By Brian G. Bettes
The smoke stacks at the power plant I worked at were over 600 feet tall. We were building the coal-fired plant and we had to line the inside of both stacks with brick. There was a cable drawn elevator for hauling people, bricks, and mortar that went all the way to the top on the inside of the stack. One of the workers told me, “If you stand out on the edge of the stack on top, the wind is so strong that you can lean out into the wind and not fall.” Visions of what would happen if the wind stopped raced through my mind, but, I guess there was no real danger of that happening in Wyoming. I never tried it because I was not allowed on the elevator. But, crazy as it may seem, I always wanted to. As a young man, I was a risk-taker. It is amazing I have lived as long as I have.
I was thinking about that the other day and asking myself, “How often do we do dangerous things with regard to sin, and think it is kind of fun, or get a thrill out of it?” Do we like to get as close to the edge of sinning as possible “without sinning” (or so we think), then “lean out into the wind,” hoping nothing will happen? Are we spiritual risk-takers? Or do we try to stay as far away from “the edge” of sin as we can get?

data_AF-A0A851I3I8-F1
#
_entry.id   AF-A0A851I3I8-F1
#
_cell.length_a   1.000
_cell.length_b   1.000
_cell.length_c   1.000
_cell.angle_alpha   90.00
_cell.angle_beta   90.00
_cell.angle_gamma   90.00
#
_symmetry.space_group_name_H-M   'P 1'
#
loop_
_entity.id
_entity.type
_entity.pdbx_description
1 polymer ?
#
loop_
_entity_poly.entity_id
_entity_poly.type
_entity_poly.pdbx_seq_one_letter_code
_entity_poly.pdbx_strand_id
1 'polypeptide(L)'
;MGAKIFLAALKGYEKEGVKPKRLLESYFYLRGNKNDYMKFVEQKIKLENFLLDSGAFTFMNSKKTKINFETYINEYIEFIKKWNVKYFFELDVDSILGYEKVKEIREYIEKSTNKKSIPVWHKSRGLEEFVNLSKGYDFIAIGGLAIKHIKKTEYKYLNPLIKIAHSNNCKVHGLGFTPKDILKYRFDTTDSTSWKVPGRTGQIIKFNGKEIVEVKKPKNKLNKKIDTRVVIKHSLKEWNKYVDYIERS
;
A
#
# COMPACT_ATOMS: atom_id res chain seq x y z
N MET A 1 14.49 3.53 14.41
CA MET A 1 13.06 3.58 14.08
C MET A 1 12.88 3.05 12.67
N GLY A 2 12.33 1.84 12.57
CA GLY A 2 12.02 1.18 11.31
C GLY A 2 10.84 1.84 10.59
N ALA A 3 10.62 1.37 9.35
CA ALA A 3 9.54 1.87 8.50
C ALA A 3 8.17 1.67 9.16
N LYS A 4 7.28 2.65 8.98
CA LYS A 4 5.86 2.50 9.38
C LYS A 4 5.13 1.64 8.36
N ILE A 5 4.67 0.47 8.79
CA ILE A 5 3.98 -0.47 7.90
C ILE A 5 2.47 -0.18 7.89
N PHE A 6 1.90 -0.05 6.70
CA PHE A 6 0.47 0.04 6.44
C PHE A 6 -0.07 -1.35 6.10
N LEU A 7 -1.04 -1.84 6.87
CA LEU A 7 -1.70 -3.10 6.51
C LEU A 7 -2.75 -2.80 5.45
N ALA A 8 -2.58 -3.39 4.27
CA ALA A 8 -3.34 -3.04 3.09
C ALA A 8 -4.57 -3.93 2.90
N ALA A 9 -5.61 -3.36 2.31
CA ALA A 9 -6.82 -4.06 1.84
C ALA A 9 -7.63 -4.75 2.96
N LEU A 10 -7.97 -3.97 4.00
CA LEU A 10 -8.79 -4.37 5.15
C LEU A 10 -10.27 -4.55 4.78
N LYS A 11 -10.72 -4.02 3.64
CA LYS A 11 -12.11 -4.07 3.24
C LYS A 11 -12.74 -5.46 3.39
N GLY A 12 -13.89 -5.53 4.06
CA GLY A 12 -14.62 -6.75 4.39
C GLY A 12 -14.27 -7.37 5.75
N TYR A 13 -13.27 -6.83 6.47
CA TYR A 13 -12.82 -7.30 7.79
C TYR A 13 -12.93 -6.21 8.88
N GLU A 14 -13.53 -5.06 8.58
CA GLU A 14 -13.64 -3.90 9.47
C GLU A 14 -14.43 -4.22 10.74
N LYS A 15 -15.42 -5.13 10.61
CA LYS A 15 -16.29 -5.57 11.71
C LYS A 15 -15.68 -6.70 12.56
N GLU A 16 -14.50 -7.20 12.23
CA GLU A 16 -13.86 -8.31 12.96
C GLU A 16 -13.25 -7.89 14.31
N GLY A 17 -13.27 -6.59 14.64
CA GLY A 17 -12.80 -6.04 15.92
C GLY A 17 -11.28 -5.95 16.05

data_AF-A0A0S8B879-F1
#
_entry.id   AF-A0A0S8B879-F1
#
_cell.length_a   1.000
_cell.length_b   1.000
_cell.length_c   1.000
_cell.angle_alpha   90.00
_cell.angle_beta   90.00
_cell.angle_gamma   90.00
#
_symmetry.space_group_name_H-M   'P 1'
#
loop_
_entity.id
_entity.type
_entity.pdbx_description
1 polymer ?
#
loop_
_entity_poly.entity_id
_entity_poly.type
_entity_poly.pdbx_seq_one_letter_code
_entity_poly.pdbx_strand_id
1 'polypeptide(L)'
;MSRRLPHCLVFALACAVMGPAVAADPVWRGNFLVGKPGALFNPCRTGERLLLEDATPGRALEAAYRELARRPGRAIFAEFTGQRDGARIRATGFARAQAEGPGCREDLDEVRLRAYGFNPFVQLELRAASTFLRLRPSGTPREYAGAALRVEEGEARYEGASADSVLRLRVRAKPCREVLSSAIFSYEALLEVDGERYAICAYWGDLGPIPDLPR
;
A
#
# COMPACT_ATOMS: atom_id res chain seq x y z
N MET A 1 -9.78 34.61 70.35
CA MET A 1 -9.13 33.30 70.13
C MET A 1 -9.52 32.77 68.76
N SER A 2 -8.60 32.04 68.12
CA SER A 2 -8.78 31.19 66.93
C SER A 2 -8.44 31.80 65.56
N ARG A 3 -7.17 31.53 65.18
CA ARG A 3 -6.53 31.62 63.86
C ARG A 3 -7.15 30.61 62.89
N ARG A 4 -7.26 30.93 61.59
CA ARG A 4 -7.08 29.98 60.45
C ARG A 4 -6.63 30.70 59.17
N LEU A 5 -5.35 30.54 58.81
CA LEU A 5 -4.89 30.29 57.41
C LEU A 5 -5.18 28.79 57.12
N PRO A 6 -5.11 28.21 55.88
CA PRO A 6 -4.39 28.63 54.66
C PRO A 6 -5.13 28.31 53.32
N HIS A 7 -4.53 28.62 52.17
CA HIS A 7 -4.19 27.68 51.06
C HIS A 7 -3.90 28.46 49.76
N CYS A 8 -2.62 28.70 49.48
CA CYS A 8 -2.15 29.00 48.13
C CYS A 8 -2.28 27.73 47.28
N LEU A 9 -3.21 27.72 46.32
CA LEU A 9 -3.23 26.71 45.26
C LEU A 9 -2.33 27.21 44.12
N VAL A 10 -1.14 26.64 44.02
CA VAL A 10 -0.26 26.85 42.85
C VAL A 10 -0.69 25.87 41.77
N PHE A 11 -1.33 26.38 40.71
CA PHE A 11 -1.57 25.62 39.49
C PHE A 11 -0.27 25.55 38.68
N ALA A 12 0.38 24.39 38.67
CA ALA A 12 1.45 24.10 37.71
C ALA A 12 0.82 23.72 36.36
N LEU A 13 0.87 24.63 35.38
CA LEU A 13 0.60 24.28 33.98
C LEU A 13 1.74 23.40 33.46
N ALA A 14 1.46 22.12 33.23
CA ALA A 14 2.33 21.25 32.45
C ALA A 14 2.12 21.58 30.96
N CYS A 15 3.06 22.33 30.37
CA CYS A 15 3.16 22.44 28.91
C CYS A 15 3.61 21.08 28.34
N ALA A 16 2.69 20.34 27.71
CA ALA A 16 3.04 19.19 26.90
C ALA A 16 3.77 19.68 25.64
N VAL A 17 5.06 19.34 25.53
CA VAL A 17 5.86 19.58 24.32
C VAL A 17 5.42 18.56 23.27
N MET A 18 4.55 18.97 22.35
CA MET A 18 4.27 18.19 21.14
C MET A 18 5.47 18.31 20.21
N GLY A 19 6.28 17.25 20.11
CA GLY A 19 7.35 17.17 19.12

During this time of year, as I prepare for taking the Passover symbols established by our Savior, I have been focusing on sin and its effects in my life. Sin caused my Elder Brother and Savior, Jesus the Messiah, to have to die. Even one single sin by any human being was enough for Him to have to die as the sinless sacrifice, if that human was to be given eternal life. That gives me pause for thought. How cavalier am I with sin? Do I sometimes take the approach of, “Well, I know I am human, but Jesus died, so God will forgive me?” It hurts my heart to realize that I have made that statement all too often in my life. What about you? Are you casual with sin?
Many times, I have heard people say (one of those people saying it was me), “Of course, we will never be perfect in this life.” That statement is offered up almost as if it is an excuse to not really put that much effort into fighting sin. Do we really want to eradicate sin from our lives? Or do we just “accept” that, because we are human, we don’t have to struggle mightily against Satan or overcome the world around us that is under his influence or our own human nature? Yet, are we not told to not love this world (1 John 2:15-17), and to come out of it so as not to partake of its sins (Revelation 18:4)?
Let’s talk about 1 John 2:16, which says, “Because everything that is in the world—the lust of the flesh, and the lust of the eyes, and the pretentious pride of physical life—is not from the Father, but is from the world” (Coulter, emphasis mine). Most translations use the word “all” where this one uses “everything.” Same essential meaning, but I just like the emphasis that it places on everything; not some things, not a few things, not most things, but e-v-e-r-y-t-h-i-n-g that is of this world that is not of the Father. It is all encompassing and total. Nothing is left out. Then John goes on to identify, in three basic groups, what everything includes: the lust of the eyes, the lust of the flesh, and the pride of life.